How to Stick to a Healthy Diet
When it comes to following a healthy diet, getting started is the easy part, but sticking to those changes for the long-term is tough. Whether it’s a party, a vacation, or a late night on the couch that derails your game plan, keeping those healthy habits going is often the hardest part for people. The good news is, it doesn’t need to be so complicated and you don’t need to be perfect, in fact, it’s quite the opposite. So lets discuss some simple strategies for how to stick to a healthy diet so you can make those healthy habits last for the long-term.
1. Start with Realistic Expectations
First things first, if you want to change your diet habits, and really change them, you need to have realistic expectations. If you think you are going to lose 20 pounds in one month, you are likely setting yourself up for frustration and failure. Although that’s the way things work on The Biggest Loser, that’s not the way things work in the real world. No matter what your goals are, just chill out, relax and take things one day at a time.
2. Pick the Diet Style that Works for You
The thing about eating well is that you need to enjoy what you are doing if you want to keep doing it. If Jane at the office started following a certain diet and lost some weight, that’s great for Jane, but that may not be great for you. If you chose to follow the latest fad diet but don’t actually enjoy that style of eating, it’s not going to last. You need to think about what you like and what you don’t like, and what you are willing to change and what you are not willing to change. There are about a hundred different ways to eat well, and in order to make it last, you need to pick the style that works best for you.
3. Don’t Change Too Much Too Fast
It is said that it takes anywhere from 3 weeks to 2 months to create a habit, and in order to stick to a healthy diet you need to create healthy habits, not just make changes. Anyone can make a change for one week or two weeks, but in order to make those changes last, you need to turn them into habits. As opposed to changing what you eat, when you eat, how you eat, and how much you eat all at once, break it up into small manageable chunks. Change one meal at a time, one ingredient at a time, or one drink at a time. Although it may seem like a slow process at first, the slower you make the changes the more manageable it will be to keep them and the easier it will be to troubleshoot them if something goes wrong.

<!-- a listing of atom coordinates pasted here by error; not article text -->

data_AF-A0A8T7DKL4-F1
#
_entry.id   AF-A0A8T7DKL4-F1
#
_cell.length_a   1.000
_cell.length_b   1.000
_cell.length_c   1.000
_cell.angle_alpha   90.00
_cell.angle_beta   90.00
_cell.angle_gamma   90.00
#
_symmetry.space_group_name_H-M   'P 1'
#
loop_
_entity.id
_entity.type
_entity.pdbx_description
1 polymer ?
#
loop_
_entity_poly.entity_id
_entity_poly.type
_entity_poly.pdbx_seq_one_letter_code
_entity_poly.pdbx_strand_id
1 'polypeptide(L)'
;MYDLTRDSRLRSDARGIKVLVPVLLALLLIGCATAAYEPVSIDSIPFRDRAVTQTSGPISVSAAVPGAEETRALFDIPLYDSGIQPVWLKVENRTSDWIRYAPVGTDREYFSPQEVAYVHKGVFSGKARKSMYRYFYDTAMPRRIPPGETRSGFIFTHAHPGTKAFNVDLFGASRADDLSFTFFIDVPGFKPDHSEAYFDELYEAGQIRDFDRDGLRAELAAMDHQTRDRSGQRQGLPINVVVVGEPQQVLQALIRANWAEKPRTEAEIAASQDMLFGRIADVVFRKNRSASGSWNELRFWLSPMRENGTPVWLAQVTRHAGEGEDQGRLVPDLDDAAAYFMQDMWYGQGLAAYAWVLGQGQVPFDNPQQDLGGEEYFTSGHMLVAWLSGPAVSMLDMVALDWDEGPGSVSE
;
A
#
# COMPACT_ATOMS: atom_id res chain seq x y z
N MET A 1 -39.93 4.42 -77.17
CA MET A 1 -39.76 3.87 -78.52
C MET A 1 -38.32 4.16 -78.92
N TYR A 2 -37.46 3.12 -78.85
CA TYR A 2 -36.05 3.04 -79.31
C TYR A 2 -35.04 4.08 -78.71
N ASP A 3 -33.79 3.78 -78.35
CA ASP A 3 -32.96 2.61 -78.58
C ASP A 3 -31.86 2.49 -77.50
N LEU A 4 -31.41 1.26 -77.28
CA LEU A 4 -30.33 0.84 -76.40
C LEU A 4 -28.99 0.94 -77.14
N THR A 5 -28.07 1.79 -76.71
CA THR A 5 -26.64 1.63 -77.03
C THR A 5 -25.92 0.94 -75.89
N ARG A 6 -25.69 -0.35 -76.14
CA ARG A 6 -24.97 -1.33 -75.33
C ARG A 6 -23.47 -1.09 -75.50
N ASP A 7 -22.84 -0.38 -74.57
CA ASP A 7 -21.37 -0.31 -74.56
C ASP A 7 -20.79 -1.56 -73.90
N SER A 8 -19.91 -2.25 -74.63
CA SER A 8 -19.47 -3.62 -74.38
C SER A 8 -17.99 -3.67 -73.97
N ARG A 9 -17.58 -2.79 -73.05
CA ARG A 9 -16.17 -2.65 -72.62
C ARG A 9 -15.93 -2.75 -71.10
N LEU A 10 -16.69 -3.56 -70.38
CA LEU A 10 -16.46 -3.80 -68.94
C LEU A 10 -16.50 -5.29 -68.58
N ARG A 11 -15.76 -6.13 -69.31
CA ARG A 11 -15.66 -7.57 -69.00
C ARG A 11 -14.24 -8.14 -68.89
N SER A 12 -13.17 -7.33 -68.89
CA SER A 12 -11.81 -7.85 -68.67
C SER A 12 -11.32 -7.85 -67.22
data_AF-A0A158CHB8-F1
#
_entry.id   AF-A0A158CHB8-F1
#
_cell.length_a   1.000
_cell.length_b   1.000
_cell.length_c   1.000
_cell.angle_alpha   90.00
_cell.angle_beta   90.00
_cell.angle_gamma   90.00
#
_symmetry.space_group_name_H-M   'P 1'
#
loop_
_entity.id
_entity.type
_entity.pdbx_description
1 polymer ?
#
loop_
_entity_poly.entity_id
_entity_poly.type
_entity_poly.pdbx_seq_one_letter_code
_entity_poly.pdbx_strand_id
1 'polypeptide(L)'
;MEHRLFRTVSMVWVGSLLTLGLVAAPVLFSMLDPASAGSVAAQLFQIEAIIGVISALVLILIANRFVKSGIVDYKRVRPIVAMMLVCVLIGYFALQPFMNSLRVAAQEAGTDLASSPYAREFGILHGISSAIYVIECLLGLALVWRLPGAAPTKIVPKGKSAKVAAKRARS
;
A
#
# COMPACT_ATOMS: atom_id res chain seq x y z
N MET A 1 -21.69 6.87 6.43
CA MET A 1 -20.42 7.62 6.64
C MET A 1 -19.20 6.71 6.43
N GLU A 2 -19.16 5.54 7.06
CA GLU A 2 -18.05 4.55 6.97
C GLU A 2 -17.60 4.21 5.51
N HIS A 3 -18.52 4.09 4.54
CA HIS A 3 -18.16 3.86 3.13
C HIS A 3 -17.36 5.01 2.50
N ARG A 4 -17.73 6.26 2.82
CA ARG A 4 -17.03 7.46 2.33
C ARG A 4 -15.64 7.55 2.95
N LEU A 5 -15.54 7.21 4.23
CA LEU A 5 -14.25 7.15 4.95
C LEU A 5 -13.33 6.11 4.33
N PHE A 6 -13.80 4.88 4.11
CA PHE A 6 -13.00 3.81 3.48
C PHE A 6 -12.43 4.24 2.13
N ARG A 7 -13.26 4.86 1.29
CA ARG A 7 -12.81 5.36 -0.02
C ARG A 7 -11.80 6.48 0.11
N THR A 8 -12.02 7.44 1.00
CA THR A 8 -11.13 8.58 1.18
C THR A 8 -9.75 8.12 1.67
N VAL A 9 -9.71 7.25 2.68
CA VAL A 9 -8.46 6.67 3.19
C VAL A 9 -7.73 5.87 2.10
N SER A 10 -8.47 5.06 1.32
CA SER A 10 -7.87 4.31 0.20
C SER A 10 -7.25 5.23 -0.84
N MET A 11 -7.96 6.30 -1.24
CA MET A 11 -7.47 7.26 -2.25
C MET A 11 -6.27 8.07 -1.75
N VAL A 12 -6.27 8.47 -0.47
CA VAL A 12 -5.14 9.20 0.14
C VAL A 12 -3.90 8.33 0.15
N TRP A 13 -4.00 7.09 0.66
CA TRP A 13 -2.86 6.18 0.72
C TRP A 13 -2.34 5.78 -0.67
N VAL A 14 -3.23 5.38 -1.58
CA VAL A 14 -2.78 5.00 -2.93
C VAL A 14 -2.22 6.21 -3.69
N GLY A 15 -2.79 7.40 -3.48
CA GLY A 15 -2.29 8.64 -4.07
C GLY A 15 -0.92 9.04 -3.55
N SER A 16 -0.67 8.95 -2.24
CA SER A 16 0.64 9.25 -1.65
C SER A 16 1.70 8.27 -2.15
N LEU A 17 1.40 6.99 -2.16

4. Let Go of the ‘All or Nothing’ Approach
One of the biggest mental blocks for people is going into their diet changes with an “all or nothing” approach; you are either doing everything perfectly all of the time or you are doing nothing at all. I can tell you from first-hand experience that does not work! You will eat cake again, you will eat chips again, and you will drink wine again. Instead of kidding yourself and trying to do it all perfectly forever, you need to focus on creating new habits that help to minimize your problematic habits, but still allow you to live your life. You aren’t going to “ruin” all of your progress just because you ate one piece of cake, you may slow it down a little, but you won’t ruin it. It is important to keep in mind that having a treat here and there is actually an important part of the process, you just can’t have it here, there and everywhere. Of course, keeping it to a minimum is key, but you don’t need to keep it to nothing at all.
5. Set Your Environment Up for Success
The people, the places and the things around you are paramount to your success. The food you bring into your kitchen, the people at your office, and the places you eat are going to impact how well you will you do. So, if you want to stick to a healthy diet, it is vital that you pay attention to the things you are in control of and take control of them. You are in control of the food that goes into your grocery cart. You are in control of the food that comes into your house. You are in control of what you pack for lunch. You are in control of what you order at a restaurant. And you are in control of what you put in your mouth. Consider the people, the places, and the things that may make it more difficult for you to stick to a healthy diet at times and create a plan of attack. Don’t play the blame game, take charge, take control, and make your health a priority.